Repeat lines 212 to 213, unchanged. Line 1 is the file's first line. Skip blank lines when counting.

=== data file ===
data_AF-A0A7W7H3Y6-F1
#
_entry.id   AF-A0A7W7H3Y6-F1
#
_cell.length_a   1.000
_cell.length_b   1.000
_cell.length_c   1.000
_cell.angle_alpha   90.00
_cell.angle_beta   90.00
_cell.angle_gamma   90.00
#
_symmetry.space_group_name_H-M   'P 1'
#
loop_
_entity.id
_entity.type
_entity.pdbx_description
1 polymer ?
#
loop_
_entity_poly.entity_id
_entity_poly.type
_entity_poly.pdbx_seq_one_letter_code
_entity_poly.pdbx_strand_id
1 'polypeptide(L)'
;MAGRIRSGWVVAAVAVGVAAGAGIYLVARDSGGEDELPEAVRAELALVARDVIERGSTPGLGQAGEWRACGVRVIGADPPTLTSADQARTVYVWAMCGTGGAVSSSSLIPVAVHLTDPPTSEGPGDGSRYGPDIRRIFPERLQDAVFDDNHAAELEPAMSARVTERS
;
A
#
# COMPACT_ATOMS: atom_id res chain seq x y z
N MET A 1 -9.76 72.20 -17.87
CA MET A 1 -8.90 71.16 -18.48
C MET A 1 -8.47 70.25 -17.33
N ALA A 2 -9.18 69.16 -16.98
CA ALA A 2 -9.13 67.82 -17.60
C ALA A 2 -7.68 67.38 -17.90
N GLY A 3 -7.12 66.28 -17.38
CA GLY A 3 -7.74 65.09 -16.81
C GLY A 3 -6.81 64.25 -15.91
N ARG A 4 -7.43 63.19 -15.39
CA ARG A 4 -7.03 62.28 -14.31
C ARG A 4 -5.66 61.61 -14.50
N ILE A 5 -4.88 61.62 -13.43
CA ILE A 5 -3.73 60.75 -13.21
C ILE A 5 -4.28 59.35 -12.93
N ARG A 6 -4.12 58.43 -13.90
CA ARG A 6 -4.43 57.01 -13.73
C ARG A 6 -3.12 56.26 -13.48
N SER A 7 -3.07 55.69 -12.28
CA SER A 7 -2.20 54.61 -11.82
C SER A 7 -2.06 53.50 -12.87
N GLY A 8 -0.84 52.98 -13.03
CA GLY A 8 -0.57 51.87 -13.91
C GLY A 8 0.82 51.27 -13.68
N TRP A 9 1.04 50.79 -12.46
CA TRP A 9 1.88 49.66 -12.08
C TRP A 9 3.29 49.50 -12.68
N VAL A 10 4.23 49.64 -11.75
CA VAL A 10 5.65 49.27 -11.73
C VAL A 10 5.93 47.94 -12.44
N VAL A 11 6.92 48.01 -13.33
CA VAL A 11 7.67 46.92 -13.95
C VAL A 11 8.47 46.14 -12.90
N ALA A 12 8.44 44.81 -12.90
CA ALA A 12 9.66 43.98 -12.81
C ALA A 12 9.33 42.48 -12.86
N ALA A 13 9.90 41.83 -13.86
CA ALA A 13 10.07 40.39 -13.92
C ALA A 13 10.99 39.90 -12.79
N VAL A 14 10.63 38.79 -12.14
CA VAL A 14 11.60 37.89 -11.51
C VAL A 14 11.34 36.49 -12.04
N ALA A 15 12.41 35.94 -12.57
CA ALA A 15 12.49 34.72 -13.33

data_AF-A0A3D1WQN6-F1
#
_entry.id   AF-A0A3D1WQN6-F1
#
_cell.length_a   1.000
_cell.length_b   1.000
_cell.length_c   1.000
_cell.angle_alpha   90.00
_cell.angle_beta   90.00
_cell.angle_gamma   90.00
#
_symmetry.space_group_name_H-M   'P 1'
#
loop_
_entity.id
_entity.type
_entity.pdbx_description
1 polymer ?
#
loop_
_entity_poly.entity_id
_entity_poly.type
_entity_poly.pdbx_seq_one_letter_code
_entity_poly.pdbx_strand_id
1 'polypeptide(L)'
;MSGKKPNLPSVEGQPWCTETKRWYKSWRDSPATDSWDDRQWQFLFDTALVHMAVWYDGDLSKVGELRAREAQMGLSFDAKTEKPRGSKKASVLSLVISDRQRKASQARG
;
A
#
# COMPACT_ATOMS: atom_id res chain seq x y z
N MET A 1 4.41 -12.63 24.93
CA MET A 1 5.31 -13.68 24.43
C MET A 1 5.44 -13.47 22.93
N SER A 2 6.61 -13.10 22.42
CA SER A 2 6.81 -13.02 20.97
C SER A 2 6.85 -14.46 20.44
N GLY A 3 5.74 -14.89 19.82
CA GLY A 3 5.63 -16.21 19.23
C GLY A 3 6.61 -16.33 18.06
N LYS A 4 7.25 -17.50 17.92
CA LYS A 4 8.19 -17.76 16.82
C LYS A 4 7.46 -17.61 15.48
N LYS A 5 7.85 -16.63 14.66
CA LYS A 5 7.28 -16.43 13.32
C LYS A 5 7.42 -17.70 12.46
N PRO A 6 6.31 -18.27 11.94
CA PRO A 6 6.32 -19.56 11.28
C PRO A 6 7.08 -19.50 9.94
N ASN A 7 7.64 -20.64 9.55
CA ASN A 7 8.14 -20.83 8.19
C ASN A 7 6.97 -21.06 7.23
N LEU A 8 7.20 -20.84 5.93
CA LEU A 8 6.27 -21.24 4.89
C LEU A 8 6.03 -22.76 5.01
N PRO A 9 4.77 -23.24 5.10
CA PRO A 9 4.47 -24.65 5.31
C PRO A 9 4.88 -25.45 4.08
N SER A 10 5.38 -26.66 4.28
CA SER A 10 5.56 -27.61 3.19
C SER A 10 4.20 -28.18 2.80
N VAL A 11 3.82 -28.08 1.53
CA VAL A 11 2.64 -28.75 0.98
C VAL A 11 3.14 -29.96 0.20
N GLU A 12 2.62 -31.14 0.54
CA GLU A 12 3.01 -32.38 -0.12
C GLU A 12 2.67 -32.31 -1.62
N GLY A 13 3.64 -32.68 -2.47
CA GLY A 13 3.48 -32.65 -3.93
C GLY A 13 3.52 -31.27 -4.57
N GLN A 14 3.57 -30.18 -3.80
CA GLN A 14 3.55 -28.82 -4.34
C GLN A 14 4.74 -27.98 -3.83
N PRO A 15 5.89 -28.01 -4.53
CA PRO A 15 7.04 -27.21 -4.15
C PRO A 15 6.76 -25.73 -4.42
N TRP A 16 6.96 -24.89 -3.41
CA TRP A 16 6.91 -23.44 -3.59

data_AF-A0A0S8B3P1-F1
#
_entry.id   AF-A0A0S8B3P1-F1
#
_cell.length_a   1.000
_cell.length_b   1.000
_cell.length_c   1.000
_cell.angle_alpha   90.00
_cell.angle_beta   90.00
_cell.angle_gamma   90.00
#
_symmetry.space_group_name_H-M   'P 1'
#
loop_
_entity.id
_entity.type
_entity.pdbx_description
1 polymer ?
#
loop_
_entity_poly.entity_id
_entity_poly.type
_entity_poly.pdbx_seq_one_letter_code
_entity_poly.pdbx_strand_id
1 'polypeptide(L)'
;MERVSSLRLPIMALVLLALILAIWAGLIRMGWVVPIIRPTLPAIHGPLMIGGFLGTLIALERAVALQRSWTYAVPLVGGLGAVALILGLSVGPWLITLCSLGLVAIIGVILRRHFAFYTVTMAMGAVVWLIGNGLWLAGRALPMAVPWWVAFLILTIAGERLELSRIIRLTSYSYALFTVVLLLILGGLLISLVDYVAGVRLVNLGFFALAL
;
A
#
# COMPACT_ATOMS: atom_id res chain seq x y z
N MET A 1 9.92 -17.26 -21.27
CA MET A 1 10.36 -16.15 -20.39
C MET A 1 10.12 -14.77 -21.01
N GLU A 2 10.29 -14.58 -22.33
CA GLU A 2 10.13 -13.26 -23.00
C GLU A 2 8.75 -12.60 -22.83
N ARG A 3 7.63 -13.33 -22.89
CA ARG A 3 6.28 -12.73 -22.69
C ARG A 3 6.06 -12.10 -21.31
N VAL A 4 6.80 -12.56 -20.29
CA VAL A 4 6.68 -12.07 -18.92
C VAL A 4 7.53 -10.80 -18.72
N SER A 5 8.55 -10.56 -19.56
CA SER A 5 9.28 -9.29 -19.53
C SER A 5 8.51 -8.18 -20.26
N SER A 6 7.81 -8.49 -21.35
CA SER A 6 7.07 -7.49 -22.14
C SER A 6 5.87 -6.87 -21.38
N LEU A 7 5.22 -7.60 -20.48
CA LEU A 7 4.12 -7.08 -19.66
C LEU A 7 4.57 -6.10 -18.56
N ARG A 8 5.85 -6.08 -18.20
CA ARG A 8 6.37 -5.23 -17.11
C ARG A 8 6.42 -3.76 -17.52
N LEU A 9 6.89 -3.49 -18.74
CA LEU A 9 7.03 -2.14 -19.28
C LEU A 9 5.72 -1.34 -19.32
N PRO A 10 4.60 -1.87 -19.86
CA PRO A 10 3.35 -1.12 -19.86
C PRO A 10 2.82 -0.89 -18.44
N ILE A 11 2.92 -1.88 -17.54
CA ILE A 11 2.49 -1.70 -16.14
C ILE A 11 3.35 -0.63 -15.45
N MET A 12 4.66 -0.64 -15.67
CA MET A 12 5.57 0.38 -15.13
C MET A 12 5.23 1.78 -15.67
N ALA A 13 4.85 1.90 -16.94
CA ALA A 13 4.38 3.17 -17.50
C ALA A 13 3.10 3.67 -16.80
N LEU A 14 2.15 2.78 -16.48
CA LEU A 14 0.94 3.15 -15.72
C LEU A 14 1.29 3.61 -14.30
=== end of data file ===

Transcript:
N ILE A 11 2.92 -1.88 -17.54
CA ILE A 11 2.49 -1.70 -16.14